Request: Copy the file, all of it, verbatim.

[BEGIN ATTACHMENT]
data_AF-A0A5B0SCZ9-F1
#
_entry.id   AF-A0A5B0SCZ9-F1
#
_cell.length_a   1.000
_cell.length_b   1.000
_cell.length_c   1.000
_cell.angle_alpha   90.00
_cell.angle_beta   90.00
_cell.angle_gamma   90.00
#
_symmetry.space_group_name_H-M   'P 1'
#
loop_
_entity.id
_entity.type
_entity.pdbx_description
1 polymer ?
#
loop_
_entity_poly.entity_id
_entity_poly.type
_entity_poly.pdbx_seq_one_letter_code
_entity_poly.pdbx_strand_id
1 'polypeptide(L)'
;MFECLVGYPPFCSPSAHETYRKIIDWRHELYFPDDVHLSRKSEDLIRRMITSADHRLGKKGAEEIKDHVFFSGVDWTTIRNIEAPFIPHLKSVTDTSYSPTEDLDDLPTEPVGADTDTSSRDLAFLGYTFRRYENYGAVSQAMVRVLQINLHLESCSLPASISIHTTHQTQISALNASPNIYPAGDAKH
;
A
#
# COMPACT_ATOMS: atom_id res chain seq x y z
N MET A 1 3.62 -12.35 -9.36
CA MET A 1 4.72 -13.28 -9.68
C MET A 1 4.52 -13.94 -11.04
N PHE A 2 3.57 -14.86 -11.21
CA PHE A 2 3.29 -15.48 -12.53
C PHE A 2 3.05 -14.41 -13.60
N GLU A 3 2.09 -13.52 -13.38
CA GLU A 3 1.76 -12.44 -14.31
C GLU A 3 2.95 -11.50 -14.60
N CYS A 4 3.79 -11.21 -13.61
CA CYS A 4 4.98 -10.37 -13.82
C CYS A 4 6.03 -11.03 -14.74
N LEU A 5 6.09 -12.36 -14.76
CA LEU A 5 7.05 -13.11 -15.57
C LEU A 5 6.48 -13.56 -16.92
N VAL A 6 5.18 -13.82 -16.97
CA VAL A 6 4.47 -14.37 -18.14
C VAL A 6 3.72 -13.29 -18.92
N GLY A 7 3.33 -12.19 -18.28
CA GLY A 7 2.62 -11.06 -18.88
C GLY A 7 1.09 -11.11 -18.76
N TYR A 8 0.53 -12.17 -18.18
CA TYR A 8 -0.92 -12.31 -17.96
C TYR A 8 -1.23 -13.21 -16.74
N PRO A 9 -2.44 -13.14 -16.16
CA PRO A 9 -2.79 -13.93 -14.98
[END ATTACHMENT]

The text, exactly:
data_AF-A0A5B0SCZ9-F1
#
_entry.id   AF-A0A5B0SCZ9-F1
#
_cell.length_a   1.000
_cell.length_b   1.000
_cell.length_c   1.000
_cell.angle_alpha   90.00
_cell.angle_beta   90.00
_cell.angle_gamma   90.00
#
_symmetry.space_group_name_H-M   'P 1'
#
loop_
_entity.id
_entity.type
_entity.pdbx_description
1 polymer ?
#
loop_
_entity_poly.entity_id
_entity_poly.type
_entity_poly.pdbx_seq_one_letter_code
_entity_poly.pdbx_strand_id
1 'polypeptide(L)'
;MFECLVGYPPFCSPSAHETYRKIIDWRHELYFPDDVHLSRKSEDLIRRMITSADHRLGKKGAEEIKDHVFFSGVDWTTIRNIEAPFIPHLKSVTDTSYSPTEDLDDLPTEPVGADTDTSSRDLAFLGYTFRRYENYGAVSQAMVRVLQINLHLESCSLPASISIHTTHQTQISALNASPNIYPAGDAKH
;
A
#
# COMPACT_ATOMS: atom_id res chain seq x y z
N MET A 1 3.62 -12.35 -9.36
CA MET A 1 4.72 -13.28 -9.68
C MET A 1 4.52 -13.94 -11.04
N PHE A 2 3.57 -14.86 -11.21
CA PHE A 2 3.29 -15.48 -12.53
C PHE A 2 3.05 -14.41 -13.60
N GLU A 3 2.09 -13.52 -13.38
CA GLU A 3 1.76 -12.44 -14.31
C GLU A 3 2.95 -11.50 -14.60
N CYS A 4 3.79 -11.21 -13.61
CA CYS A 4 4.98 -10.37 -13.82
C CYS A 4 6.03 -11.03 -14.74
N LEU A 5 6.09 -12.36 -14.76
CA LEU A 5 7.05 -13.11 -15.57
C LEU A 5 6.48 -13.56 -16.92
N VAL A 6 5.18 -13.82 -16.97
CA VAL A 6 4.47 -14.37 -18.14
C VAL A 6 3.72 -13.29 -18.92
N GLY A 7 3.33 -12.19 -18.28
CA GLY A 7 2.62 -11.06 -18.88
C GLY A 7 1.09 -11.11 -18.76
N TYR A 8 0.53 -12.17 -18.18
CA TYR A 8 -0.92 -12.31 -17.96
C TYR A 8 -1.23 -13.21 -16.74
N PRO A 9 -2.44 -13.14 -16.16
CA PRO A 9 -2.79 -13.93 -14.98